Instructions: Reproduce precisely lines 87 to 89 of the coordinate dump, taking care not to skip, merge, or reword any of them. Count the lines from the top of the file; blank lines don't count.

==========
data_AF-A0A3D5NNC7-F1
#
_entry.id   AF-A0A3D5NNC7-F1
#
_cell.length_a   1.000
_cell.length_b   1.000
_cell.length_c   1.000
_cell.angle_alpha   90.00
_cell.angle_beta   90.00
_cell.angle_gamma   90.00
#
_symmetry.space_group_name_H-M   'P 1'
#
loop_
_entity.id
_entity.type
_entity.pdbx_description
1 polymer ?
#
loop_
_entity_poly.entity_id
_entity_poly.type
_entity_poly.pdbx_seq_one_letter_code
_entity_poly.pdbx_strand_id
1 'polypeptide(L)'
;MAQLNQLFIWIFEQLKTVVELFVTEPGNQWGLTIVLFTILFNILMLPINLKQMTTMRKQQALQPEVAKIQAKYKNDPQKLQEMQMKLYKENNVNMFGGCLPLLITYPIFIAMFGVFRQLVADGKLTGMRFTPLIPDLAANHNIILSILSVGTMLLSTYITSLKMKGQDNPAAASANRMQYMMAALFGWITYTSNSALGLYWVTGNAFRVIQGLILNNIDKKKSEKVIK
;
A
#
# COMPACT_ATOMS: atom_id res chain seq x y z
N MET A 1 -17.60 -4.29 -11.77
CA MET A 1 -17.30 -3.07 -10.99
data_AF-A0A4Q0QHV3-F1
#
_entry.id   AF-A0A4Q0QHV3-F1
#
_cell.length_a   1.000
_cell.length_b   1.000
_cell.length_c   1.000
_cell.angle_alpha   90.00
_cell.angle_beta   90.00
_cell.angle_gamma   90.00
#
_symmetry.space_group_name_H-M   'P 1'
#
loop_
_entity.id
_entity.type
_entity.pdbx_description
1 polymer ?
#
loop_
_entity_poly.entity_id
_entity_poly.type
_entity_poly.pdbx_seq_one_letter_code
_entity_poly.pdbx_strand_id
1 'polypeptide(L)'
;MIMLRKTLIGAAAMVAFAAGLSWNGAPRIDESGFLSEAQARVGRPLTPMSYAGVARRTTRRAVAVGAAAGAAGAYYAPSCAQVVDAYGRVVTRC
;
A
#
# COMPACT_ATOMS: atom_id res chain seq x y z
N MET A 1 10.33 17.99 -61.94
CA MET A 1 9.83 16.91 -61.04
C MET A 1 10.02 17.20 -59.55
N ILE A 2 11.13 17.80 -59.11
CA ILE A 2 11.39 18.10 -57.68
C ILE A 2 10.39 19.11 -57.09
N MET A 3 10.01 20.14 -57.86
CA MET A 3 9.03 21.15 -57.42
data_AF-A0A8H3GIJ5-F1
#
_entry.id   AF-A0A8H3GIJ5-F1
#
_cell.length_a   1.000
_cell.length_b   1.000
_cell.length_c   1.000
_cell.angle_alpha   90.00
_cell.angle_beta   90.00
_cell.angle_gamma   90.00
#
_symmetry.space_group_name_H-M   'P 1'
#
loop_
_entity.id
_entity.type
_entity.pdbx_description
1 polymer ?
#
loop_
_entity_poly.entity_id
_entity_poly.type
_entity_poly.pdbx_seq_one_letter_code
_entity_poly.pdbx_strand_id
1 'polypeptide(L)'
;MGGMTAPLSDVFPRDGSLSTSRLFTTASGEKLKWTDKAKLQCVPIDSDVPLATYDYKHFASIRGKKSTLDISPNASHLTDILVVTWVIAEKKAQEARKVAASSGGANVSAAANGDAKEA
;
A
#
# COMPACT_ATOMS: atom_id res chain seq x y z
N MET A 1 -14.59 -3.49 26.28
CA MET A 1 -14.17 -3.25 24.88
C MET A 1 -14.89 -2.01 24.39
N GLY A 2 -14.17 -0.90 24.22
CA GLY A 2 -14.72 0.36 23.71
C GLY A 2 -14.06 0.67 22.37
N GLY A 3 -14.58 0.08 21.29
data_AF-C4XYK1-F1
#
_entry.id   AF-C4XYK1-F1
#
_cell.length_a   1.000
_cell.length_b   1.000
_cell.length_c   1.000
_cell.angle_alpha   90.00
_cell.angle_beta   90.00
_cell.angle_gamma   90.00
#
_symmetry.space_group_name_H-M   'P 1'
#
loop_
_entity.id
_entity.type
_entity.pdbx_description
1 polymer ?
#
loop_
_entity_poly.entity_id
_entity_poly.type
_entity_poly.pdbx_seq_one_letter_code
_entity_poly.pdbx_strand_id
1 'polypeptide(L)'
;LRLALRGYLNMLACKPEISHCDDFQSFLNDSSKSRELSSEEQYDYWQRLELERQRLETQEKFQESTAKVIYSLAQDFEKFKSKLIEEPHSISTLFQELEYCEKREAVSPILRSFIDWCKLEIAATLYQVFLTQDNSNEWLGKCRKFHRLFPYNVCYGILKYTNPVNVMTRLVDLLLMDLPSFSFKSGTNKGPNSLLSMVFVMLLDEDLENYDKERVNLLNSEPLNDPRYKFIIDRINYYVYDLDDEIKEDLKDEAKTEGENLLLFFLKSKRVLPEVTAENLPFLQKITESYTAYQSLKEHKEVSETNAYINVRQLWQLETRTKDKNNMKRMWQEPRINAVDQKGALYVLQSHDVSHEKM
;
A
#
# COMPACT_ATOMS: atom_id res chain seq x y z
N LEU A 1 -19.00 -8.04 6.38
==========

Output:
_entity.pdbx_description
1 polymer ?
#